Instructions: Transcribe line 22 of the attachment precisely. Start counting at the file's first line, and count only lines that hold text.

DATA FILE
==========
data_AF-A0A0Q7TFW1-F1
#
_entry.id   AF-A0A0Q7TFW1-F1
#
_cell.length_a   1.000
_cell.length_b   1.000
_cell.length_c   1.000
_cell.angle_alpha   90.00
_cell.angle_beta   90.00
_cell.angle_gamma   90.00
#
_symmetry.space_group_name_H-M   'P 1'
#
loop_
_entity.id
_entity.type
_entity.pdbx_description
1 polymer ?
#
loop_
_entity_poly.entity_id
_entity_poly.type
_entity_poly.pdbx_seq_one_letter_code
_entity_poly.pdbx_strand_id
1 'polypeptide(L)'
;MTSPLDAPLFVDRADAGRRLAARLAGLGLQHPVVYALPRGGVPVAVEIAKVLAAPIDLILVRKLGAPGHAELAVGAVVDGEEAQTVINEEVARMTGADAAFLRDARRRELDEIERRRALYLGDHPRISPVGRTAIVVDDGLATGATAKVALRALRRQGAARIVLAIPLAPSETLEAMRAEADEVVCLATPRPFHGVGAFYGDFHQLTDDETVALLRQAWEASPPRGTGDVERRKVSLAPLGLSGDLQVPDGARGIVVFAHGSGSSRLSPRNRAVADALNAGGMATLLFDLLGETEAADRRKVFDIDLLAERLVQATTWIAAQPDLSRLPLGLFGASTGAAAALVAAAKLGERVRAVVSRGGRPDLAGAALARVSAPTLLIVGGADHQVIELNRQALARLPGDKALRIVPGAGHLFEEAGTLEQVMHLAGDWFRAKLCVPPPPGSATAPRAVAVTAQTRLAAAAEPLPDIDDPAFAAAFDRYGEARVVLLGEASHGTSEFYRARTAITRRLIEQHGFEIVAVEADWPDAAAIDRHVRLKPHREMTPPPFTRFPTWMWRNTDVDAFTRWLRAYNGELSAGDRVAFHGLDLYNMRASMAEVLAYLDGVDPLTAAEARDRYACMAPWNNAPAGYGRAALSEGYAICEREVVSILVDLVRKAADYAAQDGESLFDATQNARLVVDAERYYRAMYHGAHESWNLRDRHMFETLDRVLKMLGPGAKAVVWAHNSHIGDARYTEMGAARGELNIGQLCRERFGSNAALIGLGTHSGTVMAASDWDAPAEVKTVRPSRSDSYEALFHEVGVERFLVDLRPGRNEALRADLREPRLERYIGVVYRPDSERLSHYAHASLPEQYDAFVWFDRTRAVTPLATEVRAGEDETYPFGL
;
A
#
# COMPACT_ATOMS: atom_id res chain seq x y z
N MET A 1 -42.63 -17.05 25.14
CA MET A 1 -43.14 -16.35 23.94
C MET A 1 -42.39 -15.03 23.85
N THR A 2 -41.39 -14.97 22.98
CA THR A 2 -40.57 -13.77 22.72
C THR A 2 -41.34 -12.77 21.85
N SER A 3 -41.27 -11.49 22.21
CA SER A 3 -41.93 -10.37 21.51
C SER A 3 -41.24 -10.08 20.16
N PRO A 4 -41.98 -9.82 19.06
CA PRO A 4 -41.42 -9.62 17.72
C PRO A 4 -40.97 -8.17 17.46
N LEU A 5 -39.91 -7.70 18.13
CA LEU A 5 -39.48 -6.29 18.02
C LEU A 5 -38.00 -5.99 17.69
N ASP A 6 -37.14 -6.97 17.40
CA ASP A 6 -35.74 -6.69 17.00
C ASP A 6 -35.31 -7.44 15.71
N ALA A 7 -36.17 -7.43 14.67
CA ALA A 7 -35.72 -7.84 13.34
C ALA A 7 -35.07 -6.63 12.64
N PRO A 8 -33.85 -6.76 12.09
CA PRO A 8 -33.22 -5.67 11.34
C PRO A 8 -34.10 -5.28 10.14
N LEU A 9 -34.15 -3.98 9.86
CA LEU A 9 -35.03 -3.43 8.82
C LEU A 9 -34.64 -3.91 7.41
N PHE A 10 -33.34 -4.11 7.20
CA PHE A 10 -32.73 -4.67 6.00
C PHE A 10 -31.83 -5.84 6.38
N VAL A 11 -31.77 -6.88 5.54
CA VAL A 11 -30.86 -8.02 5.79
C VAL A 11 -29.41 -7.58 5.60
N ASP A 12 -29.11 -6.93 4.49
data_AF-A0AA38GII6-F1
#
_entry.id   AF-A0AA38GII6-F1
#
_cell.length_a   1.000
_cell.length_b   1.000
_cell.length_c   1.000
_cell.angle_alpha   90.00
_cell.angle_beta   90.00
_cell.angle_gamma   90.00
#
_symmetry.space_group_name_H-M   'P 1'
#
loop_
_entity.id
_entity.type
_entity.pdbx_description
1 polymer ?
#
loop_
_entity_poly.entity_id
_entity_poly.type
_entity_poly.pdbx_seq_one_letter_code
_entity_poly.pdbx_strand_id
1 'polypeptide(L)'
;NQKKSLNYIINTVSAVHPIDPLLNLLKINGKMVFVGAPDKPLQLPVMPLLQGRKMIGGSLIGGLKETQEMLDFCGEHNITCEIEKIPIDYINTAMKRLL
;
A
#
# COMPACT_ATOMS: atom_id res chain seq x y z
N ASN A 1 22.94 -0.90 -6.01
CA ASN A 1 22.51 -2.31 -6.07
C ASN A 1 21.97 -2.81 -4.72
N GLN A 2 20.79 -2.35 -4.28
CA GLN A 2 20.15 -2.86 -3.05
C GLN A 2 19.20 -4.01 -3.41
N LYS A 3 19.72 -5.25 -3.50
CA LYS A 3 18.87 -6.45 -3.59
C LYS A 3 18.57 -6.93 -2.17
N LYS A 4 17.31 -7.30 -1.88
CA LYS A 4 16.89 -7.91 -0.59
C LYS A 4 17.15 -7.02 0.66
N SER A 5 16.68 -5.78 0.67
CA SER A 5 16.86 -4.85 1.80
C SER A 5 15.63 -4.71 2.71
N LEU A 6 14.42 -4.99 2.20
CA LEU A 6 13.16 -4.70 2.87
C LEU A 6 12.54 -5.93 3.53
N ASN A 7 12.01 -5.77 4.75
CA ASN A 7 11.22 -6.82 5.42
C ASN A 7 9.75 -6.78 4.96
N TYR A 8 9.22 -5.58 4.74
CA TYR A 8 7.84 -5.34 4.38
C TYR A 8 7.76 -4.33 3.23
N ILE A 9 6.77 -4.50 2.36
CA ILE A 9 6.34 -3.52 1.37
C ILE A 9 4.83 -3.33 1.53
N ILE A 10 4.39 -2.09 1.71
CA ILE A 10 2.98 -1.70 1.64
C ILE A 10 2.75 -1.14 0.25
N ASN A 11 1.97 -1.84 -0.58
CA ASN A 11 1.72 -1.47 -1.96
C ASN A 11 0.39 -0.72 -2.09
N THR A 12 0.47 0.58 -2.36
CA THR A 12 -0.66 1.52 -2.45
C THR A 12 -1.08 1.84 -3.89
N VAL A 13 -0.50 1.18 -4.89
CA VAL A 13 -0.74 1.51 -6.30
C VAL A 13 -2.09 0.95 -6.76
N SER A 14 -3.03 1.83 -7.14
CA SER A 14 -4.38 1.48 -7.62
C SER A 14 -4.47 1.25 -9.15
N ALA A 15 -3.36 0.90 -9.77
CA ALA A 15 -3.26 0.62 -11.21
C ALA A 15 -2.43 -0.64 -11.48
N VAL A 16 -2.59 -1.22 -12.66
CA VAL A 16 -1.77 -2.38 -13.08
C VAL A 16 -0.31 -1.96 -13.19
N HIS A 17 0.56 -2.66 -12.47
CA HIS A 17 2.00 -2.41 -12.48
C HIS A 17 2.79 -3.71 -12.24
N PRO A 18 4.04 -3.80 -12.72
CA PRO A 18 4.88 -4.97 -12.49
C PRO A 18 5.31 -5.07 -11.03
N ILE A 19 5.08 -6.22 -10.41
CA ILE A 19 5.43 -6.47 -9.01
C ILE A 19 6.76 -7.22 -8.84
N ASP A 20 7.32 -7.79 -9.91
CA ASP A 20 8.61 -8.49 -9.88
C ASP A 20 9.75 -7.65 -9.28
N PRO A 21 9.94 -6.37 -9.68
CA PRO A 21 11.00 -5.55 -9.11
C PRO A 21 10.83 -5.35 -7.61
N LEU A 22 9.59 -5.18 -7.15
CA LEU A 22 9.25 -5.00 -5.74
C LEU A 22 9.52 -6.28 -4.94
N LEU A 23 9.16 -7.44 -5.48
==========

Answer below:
_entity_poly.type